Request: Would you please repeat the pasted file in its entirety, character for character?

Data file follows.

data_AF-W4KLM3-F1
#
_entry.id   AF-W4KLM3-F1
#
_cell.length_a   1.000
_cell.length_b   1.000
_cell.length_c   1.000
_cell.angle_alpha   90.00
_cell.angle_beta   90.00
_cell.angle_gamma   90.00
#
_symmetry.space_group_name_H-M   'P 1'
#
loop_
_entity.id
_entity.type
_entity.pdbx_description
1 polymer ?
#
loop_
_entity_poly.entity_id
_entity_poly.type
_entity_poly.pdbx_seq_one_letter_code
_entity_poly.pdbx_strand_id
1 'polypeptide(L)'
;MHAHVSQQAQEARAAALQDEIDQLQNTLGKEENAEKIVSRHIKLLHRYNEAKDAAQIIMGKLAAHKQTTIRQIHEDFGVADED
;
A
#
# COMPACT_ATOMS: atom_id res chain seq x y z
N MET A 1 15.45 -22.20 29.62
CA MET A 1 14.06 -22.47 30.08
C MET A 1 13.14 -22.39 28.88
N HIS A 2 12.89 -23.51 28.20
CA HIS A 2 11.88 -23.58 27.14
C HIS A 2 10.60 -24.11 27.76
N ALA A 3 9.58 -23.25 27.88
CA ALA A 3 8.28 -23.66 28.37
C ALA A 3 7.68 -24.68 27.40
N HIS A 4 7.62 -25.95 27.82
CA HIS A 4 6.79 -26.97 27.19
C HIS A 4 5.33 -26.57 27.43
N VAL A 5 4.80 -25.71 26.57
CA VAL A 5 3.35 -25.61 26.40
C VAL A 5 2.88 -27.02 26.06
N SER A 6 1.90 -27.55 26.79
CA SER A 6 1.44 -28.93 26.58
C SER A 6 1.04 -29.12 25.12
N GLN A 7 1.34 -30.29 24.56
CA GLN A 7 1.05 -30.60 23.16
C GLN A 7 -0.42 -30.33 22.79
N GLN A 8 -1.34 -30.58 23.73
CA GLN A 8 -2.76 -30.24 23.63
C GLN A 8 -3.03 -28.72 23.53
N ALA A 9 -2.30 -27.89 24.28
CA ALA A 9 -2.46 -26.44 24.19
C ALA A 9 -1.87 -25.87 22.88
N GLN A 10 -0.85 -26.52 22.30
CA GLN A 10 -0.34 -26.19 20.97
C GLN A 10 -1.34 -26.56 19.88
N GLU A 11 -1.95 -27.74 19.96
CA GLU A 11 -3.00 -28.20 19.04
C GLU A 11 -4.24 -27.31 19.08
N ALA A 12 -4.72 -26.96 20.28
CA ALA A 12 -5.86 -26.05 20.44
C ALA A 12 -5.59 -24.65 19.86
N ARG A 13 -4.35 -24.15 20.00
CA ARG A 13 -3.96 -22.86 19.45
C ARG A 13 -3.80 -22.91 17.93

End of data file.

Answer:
data_AF-W4KLM3-F1
#
_entry.id   AF-W4KLM3-F1
#
_cell.length_a   1.000
_cell.length_b   1.000
_cell.length_c   1.000
_cell.angle_alpha   90.00
_cell.angle_beta   90.00
_cell.angle_gamma   90.00
#
_symmetry.space_group_name_H-M   'P 1'
#
loop_
_entity.id
_entity.type
_entity.pdbx_description
1 polymer ?
#
loop_
_entity_poly.entity_id
_entity_poly.type
_entity_poly.pdbx_seq_one_letter_code
_entity_poly.pdbx_strand_id
1 'polypeptide(L)'
;MHAHVSQQAQEARAAALQDEIDQLQNTLGKEENAEKIVSRHIKLLHRYNEAKDAAQIIMGKLAAHKQTTIRQIHEDFGVADED
;
A
#
# COMPACT_ATOMS: atom_id res chain seq x y z
N MET A 1 15.45 -22.20 29.62
CA MET A 1 14.06 -22.47 30.08
C MET A 1 13.14 -22.39 28.88
N HIS A 2 12.89 -23.51 28.20
CA HIS A 2 11.88 -23.58 27.14
C HIS A 2 10.60 -24.11 27.76
N ALA A 3 9.58 -23.25 27.88
CA ALA A 3 8.28 -23.66 28.37
C ALA A 3 7.68 -24.68 27.40
N HIS A 4 7.62 -25.95 27.82
CA HIS A 4 6.79 -26.97 27.19
C HIS A 4 5.33 -26.57 27.43
N VAL A 5 4.80 -25.71 26.57
CA VAL A 5 3.35 -25.61 26.40
C VAL A 5 2.88 -27.02 26.06
N SER A 6 1.90 -27.55 26.79
CA SER A 6 1.44 -28.93 26.58
C SER A 6 1.04 -29.12 25.12
N GLN A 7 1.34 -30.29 24.56
CA GLN A 7 1.05 -30.60 23.16
C GLN A 7 -0.42 -30.33 22.79
N GLN A 8 -1.34 -30.58 23.73
CA GLN A 8 -2.76 -30.24 23.63
C GLN A 8 -3.03 -28.72 23.53
N ALA A 9 -2.30 -27.89 24.28
CA ALA A 9 -2.46 -26.44 24.19
C ALA A 9 -1.87 -25.87 22.88
N GLN A 10 -0.85 -26.52 22.30
CA GLN A 10 -0.34 -26.19 20.97
C GLN A 10 -1.34 -26.56 19.88
N GLU A 11 -1.95 -27.74 19.96
CA GLU A 11 -3.00 -28.20 19.04
C GLU A 11 -4.24 -27.31 19.08
N ALA A 12 -4.72 -26.96 20.28
CA ALA A 12 -5.86 -26.05 20.44
C ALA A 12 -5.59 -24.65 19.86
N ARG A 13 -4.35 -24.15 20.00
CA ARG A 13 -3.96 -22.86 19.45
C ARG A 13 -3.80 -22.91 17.93